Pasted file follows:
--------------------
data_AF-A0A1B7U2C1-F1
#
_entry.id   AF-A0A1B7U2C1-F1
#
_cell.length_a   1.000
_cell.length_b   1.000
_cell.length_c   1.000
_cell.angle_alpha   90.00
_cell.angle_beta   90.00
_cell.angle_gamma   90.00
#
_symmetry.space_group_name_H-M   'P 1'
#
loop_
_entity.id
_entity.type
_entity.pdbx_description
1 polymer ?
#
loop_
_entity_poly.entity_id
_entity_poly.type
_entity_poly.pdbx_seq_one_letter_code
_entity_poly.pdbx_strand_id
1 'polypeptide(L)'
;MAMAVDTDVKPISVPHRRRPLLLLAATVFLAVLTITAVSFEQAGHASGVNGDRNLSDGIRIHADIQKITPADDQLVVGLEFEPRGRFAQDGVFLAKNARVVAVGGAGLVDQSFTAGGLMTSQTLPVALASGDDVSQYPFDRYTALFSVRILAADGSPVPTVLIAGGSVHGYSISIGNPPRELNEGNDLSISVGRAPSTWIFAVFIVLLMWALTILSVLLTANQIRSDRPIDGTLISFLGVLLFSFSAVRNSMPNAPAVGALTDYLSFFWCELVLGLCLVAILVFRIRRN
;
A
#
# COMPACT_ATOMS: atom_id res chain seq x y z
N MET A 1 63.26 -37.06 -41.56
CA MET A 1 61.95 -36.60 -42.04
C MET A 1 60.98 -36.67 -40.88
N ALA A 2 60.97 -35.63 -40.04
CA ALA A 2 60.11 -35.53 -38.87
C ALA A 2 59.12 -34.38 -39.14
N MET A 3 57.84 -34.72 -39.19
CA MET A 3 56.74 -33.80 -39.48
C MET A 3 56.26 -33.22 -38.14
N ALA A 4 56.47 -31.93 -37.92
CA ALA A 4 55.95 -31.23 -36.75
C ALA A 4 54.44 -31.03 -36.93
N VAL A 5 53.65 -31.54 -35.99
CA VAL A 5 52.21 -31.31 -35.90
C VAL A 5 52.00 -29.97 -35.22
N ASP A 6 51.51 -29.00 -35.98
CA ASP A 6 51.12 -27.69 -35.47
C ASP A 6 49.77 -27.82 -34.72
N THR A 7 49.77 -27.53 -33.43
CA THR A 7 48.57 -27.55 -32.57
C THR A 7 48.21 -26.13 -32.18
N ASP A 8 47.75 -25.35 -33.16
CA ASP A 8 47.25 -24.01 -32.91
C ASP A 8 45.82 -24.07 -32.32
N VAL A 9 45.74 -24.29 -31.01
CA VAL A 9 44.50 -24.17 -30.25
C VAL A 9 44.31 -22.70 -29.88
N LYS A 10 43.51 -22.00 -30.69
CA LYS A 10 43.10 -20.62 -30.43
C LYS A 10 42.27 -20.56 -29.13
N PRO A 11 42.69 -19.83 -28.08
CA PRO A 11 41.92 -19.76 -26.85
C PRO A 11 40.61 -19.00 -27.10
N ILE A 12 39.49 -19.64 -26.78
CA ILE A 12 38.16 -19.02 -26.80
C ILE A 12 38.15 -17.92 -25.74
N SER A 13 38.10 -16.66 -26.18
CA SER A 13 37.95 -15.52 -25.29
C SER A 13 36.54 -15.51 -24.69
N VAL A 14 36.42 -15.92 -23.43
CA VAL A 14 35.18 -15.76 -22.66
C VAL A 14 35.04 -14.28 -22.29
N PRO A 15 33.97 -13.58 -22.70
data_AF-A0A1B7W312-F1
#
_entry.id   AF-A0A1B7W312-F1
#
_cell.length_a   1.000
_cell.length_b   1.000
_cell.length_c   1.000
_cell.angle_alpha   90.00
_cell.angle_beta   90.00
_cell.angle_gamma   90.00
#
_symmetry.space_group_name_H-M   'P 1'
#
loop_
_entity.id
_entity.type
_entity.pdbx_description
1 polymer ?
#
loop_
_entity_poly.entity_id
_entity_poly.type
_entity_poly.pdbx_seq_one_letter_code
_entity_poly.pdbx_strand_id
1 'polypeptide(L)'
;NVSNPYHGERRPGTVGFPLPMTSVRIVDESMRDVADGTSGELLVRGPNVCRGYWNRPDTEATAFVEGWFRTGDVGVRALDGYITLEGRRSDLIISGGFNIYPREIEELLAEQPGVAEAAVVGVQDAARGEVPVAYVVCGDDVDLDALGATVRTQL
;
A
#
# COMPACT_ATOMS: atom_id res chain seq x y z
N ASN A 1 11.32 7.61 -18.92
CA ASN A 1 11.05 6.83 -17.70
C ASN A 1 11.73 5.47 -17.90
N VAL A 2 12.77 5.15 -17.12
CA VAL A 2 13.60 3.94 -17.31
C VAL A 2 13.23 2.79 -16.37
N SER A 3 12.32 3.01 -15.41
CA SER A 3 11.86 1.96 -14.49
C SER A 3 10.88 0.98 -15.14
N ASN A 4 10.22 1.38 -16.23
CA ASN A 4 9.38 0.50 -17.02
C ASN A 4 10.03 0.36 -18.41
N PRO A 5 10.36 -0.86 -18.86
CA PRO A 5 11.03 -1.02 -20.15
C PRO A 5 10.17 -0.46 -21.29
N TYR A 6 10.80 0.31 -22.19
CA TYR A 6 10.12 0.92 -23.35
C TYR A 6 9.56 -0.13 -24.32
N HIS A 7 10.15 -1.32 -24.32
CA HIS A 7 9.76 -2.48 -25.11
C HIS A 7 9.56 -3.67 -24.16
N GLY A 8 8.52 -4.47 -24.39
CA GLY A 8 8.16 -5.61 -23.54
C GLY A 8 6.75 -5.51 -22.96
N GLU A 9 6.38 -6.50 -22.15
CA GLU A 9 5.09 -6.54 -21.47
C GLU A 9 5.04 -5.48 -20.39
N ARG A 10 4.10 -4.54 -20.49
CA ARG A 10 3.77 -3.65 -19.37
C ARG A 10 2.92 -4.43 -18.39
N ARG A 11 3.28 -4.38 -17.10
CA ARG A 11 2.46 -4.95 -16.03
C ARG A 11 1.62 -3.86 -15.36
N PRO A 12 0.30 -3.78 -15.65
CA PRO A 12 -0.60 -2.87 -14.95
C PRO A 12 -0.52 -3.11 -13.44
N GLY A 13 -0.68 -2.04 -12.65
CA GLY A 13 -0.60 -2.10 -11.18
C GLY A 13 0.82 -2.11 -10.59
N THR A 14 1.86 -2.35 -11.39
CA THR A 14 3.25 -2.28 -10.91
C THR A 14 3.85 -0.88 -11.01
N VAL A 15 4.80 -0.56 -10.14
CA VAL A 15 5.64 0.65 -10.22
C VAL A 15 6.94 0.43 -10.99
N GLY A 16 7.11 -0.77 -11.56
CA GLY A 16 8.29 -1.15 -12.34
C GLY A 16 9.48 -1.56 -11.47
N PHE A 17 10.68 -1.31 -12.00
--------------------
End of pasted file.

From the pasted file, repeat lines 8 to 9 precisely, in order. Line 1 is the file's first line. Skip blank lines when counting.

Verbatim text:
_cell.angle_alpha   90.00
_cell.angle_beta   90.00